The Baptistina family is an asteroid family that was likely produced by the breakup of an asteroid 170 km (110 mi) across 80 million years ago following an impact with a smaller body. The largest presumed remnant of this parent asteroid is 298 Baptistina.
The Baptistina "family" may consist of uncommon carbonaceous chondrite asteroids and meteoroids in similar orbits. Many mountain-sized fragments from the collision would have leaked into the inner solar system through orbital resonances with Mars and Jupiter, causing a prolonged series of asteroid impacts. Previously this collision was believed to have occurred about 160 million years ago, and many impacts between 100 and 50 million years ago were attributed to it. However, new data in 2011 from the Wide-field Infrared Survey Explorer revised the date of the proposed collision which broke-up the parent asteroid to about 80 million years ago.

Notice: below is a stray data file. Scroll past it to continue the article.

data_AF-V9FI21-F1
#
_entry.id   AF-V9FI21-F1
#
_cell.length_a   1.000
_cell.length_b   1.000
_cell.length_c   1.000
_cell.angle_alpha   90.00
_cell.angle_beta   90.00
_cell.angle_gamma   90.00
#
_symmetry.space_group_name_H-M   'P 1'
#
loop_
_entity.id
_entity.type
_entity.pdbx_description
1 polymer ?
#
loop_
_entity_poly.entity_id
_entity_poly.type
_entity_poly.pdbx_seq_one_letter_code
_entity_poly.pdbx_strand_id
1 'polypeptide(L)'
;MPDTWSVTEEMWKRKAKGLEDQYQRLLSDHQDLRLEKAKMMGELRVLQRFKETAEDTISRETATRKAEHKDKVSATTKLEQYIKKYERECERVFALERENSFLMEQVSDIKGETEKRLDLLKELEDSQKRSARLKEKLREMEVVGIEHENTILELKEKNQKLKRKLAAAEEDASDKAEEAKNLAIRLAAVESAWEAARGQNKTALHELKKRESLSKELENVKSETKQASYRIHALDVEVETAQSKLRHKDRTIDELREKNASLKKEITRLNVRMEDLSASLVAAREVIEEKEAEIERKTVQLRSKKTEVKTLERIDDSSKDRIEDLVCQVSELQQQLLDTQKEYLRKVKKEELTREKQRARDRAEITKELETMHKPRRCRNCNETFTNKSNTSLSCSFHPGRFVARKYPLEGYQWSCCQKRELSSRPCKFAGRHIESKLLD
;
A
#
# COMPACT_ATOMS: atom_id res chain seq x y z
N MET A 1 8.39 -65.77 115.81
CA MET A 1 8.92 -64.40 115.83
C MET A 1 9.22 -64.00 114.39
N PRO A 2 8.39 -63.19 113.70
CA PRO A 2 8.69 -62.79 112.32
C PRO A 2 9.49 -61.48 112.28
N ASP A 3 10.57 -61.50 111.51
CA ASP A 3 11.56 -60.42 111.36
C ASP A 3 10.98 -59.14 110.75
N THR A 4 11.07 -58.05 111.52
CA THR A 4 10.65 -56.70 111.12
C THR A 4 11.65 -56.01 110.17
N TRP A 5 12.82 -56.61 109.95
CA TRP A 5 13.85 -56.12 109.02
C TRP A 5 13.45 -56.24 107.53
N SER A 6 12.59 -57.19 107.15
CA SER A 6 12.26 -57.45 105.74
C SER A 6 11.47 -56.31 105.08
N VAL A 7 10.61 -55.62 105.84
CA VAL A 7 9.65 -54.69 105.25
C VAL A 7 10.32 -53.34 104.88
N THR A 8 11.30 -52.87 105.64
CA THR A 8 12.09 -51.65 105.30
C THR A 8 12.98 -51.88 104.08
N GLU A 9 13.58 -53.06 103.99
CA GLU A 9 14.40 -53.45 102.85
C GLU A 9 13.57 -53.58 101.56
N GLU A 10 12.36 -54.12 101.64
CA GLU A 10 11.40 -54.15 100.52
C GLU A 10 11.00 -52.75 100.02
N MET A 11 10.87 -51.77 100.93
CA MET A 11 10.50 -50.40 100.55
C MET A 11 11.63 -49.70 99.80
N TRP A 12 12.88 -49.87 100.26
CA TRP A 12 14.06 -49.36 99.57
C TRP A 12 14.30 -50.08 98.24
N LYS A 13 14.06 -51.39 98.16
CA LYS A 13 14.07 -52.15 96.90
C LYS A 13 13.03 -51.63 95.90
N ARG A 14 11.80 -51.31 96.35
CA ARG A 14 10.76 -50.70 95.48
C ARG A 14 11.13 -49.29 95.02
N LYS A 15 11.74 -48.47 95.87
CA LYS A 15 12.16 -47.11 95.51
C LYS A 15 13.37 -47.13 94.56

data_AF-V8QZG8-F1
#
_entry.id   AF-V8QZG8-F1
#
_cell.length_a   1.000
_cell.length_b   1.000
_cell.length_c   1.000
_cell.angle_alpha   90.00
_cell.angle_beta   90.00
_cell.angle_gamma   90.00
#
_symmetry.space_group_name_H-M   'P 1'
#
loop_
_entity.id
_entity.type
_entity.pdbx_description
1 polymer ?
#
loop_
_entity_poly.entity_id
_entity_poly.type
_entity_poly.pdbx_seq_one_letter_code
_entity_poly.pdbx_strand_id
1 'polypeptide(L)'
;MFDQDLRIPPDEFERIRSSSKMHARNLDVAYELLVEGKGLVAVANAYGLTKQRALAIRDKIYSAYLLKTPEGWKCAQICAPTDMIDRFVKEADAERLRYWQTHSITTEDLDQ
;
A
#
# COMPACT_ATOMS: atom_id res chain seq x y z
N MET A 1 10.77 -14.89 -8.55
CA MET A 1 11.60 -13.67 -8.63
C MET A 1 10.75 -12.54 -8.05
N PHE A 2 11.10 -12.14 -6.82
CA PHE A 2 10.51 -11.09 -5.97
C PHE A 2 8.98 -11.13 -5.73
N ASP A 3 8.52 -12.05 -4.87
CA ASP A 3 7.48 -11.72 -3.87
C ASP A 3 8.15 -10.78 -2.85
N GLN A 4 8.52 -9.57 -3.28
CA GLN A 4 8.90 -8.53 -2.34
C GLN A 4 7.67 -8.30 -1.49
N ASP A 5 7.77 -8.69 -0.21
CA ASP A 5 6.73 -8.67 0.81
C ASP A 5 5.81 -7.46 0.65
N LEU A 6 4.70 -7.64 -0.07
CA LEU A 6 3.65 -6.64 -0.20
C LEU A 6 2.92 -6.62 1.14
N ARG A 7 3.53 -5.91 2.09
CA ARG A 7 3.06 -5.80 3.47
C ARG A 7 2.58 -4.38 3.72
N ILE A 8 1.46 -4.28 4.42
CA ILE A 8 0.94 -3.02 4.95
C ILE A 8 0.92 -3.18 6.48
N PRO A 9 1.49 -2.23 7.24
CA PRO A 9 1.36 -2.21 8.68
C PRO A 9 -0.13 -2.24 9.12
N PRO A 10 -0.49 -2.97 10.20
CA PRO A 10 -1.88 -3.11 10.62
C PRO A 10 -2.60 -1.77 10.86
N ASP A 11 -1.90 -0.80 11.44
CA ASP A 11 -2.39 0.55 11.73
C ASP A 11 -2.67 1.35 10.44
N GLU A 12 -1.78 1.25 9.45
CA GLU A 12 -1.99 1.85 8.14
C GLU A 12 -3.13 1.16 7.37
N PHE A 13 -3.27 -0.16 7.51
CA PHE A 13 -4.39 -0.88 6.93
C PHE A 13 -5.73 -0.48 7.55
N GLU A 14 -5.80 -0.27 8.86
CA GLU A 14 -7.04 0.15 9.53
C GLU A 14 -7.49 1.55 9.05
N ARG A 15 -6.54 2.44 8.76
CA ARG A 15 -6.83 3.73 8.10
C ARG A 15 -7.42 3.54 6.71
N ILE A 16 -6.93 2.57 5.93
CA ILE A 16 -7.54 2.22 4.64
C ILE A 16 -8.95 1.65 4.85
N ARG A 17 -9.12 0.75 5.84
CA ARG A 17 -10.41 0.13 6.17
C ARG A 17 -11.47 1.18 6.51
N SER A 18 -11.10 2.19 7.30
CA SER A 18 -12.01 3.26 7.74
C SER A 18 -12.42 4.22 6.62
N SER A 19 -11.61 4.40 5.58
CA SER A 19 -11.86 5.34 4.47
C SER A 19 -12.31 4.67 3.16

Among the notable asteroid impacts previously attributed to the Baptistina family was the Cretaceous–Paleogene (K–T) impactor; however this is highly unlikely if the new data revising the date of collision of the parent object to 80 million years ago are correct, as it typically takes many tens of millions of years for an asteroid to achieve resonance and collide with an inner planet.  In 2007, it was proposed that Chromium concentrations in 65-million-year-old sediment layers at the Cretaceous–Paleogene boundary (K–T boundary) on Earth suggested that the impactor that gouged out Chicxulub Crater belonged to this group. Concerns had been raised regarding the reputed link, in part because very few solid observational constraints exist of the asteroid or family. Indeed, it was recently discovered that 298 Baptistina does not share the same chemical signature as the source of the Cretaceous–Paleogene boundary. It has been speculated that the impactor that produced the lunar crater Tycho 108 million years ago was also a member of the group, although with the revised date of the breakup of the parent body this could not be possible.
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